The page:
INT. A BUSY COFFEE SHOP – DAY
Beth and Brad sit huddled close over their cappuccinos. There’s a mischievous glint in Beth’s eyes. Brad’s seen that look before and is more than ready to match wits with his cinephile girlfriend.
What can make a terrific story better?
Bingo. And what makes terrific dialogue?
I’m sure you’ll tell me.
Check out the big brain on Brad!
Nice Pulp Fiction reference.
Thank you. But before we talk about what makes good dialogue …
You’re going to tell me the purpose of good dialogue?
No one told me there’d be math.
All right. That’s enough of the script gimmick. You get the set up.
How dialogue plays a role in your story
Director Alfred Hitchcock once said, “When we tell a story in cinema we should resort to dialogue only when it’s impossible to do otherwise.” Hitchcock wasn’t saying dialogue wasn’t important, he was simply trying to support the age-old writing advice of show don’t tell. If dialogue wasn’t important we’d still be watching silent films. But when motion pictures crossed over into “Talkies” filmmakers suddenly had dialogue at their disposal to help them entertain the masses. It became an important tool.
Here’s why dialogue plays such a critical role in storytelling:
- It develops the characters
- Advances the story
- Adds nuance or subtext
- Fills in information gaps
That’s the purpose of dialogue. Now let’s dig deeper into how to write dialogue so that it effectively fills those roles.
1. Dialogue helps develop the characters
Each character has their own distinct voice. You should be able to read dialogue from several different characters and instantly know who’s who simply by how they speak.
What goes into a character’s voice? Their age, gender, race, personality, world view, culture. Anything that has shaped that character. An English aristocrat is going to sound decidedly different from a blue-collar guy from the Bronx.
What a person says, how they say it, and the tone in which they speak provides us with a lot of information about them. Their dialogue not only develops them but defines them.
Jack Nicholson’s Colonel Jessup is only in the movie A Few Good Men for maybe ten minutes, but in those ten minutes you get a very clear idea of who he is.
2. Dialogue advances the story
All dialogue should move the story forward toward its conclusion. Otherwise it’s just filler. Dialogue should always serve a purpose. It should escalate tension, reveal motivations and/or create a fundamental shift in the story. You should learn something new about a character or their situation after every exchange.
In this iconic scene from the movie Taken, Liam Neeson pretty much sums up everything you need to know about how the movie is going to move forward.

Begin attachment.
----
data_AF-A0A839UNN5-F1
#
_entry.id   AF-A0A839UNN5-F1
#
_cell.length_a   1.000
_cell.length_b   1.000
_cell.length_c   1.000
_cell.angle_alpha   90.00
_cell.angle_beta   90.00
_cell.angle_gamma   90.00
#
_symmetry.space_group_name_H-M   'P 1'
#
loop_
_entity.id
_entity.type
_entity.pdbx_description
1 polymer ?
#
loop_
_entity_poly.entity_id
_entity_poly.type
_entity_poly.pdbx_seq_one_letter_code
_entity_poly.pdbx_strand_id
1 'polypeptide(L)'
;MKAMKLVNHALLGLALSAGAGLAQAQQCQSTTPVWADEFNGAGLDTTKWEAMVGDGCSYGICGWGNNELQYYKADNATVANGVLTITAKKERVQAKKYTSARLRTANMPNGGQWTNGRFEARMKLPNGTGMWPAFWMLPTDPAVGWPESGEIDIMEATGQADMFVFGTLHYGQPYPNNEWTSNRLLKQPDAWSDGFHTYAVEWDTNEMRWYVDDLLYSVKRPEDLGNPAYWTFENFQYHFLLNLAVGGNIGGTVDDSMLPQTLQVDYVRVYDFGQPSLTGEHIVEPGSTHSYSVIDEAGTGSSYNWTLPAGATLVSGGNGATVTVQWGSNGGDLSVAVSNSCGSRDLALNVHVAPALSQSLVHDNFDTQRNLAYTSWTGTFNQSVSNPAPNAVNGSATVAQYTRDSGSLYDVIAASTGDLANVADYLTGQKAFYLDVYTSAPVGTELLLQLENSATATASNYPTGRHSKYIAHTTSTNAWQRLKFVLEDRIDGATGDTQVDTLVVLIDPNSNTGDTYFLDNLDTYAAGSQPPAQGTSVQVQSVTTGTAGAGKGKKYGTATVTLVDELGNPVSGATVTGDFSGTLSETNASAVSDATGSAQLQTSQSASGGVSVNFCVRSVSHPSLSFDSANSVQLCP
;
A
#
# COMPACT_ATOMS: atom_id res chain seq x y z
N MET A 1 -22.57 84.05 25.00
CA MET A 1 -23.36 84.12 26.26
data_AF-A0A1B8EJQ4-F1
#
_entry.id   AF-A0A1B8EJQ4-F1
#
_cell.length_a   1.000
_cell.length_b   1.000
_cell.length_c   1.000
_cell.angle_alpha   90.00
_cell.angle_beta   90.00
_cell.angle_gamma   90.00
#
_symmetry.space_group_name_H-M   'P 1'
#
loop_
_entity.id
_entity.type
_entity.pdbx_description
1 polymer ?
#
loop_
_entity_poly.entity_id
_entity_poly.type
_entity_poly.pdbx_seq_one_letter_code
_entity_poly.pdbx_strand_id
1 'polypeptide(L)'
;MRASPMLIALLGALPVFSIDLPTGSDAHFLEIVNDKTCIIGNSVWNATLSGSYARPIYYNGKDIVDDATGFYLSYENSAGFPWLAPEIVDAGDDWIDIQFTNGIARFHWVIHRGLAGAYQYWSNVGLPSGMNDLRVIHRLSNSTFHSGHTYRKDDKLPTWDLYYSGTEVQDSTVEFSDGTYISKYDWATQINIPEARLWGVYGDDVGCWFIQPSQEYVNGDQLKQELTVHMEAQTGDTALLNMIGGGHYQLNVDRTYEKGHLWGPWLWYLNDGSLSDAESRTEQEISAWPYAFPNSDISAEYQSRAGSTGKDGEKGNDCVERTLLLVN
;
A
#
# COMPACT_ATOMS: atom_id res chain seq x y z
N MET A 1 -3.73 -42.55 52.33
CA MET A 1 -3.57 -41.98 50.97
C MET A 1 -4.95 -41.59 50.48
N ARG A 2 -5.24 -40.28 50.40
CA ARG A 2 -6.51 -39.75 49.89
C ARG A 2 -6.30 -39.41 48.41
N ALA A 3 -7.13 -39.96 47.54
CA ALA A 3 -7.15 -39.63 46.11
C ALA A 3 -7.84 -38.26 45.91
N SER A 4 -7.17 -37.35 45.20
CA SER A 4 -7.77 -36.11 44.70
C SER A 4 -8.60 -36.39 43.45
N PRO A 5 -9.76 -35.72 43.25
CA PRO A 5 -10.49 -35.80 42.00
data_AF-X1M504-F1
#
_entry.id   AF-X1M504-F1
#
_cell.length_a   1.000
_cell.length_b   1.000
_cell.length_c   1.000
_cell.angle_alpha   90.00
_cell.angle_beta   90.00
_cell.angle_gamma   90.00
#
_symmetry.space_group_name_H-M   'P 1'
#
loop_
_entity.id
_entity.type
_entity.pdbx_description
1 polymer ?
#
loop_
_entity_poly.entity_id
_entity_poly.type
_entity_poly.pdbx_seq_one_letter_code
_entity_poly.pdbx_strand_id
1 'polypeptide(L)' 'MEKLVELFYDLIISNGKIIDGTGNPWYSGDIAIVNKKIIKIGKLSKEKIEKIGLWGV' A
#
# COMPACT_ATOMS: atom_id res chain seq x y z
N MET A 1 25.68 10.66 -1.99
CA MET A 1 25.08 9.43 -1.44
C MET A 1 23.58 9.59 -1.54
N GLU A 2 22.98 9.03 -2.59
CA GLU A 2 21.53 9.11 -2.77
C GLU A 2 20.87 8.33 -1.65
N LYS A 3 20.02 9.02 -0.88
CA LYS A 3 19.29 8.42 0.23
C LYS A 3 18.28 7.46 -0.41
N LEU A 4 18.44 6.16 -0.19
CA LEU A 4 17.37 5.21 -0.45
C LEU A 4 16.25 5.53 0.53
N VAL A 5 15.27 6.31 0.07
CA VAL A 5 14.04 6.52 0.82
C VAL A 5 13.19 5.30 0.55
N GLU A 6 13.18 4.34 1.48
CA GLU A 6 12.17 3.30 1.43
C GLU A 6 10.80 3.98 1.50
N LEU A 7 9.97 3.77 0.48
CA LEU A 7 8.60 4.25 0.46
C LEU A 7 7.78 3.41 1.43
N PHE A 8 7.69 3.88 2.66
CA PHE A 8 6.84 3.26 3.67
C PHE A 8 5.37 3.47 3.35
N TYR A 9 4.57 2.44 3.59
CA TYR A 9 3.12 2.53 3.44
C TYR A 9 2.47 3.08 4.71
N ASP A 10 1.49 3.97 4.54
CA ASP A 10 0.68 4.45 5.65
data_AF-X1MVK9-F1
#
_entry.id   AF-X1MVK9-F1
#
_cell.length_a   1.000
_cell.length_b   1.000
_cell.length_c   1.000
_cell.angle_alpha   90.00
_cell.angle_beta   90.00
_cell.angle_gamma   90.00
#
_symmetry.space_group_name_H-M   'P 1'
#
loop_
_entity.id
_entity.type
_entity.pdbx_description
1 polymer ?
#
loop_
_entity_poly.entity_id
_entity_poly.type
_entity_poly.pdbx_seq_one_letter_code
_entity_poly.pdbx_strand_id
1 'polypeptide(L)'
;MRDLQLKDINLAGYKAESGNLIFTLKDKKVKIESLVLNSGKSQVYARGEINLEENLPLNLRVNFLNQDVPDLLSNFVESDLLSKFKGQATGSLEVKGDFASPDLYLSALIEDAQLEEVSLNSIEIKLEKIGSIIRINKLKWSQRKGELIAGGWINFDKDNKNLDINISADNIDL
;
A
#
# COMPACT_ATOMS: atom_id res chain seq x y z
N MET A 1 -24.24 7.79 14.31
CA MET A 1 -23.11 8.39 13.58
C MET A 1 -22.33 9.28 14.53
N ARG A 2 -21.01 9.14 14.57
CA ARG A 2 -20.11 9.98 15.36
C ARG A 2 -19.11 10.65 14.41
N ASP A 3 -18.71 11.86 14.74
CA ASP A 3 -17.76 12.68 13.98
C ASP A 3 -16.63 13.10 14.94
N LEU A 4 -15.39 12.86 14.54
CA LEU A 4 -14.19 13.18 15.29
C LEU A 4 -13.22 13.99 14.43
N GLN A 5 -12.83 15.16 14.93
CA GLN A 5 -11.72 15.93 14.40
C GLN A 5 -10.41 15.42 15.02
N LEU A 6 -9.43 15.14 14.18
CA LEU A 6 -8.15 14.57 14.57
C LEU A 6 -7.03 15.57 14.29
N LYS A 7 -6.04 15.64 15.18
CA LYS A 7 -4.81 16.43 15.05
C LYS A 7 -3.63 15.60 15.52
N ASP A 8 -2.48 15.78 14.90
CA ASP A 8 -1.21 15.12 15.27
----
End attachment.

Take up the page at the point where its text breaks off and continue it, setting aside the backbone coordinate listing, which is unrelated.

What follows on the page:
3. Dialogue adds nuance or subtext
Rarely should characters simply say what’s on their mind. That’s not how (most) people work in general. Especially with any subject who’s emotionally charged. They hem and haw or speak indirectly. When characters are overly direct it sounds obvious, like the audience is being spoon-fed the information. What fun is that?
Good dialogue should sound realistic, but not sound like how people really talk because how people talk in real life is often boring. Think of good dialogue as heightened reality, the way you wish you could speak if you had a chance to think through your words before they came out of your mouth.
In this scene from the movie Gladiator, Joaquin Phoenix’s character gives a chilling warning to his sister without ever directly accusing her of anything. It’s all implied.
4. Dialogue fills in information gaps
This is tricky because you don’t want to rely too heavily on exposition, telling the audience precisely what’s going on, but at the same time you need to give context so that actions and events make sense.
How a character acts and responds to circumstances gives you a pretty good sense of the type of person they are but sometimes you need a few comments dropped here and there to help paint a clearer picture.
If you saw a character looking wistfully at an interaction between a father and son that would give you a sense of what he’s feeling. But then if you see that same character later on standing at a grave taking a swig out of a bottle before saying, “I hope they don’t got air conditioning where you’re at you son of a bitch,” that one line tells you all you need to know about his relationship with his father.
Here’s a clip from the classic film Casablanca that uses an exchange between Humphrey Bogart’s Rick and Claude Rain’s Inspector Renault that gives insights into both characters with a few simple lines. It develops the characters and fills in information gaps.
One last thing I should probably mention is that good dialogue is usually short dialogue, so make your conversations count. Perhaps you’re not creating a dramatic motion picture but a marketing video that still needs to grab and hold the viewer’s attention. Many of the principles of good dialogue still apply.
If you need help on that front, give us a call at VMG Studios. Because the last thing you want is this:
Click the image below for a free downloadable video script worksheet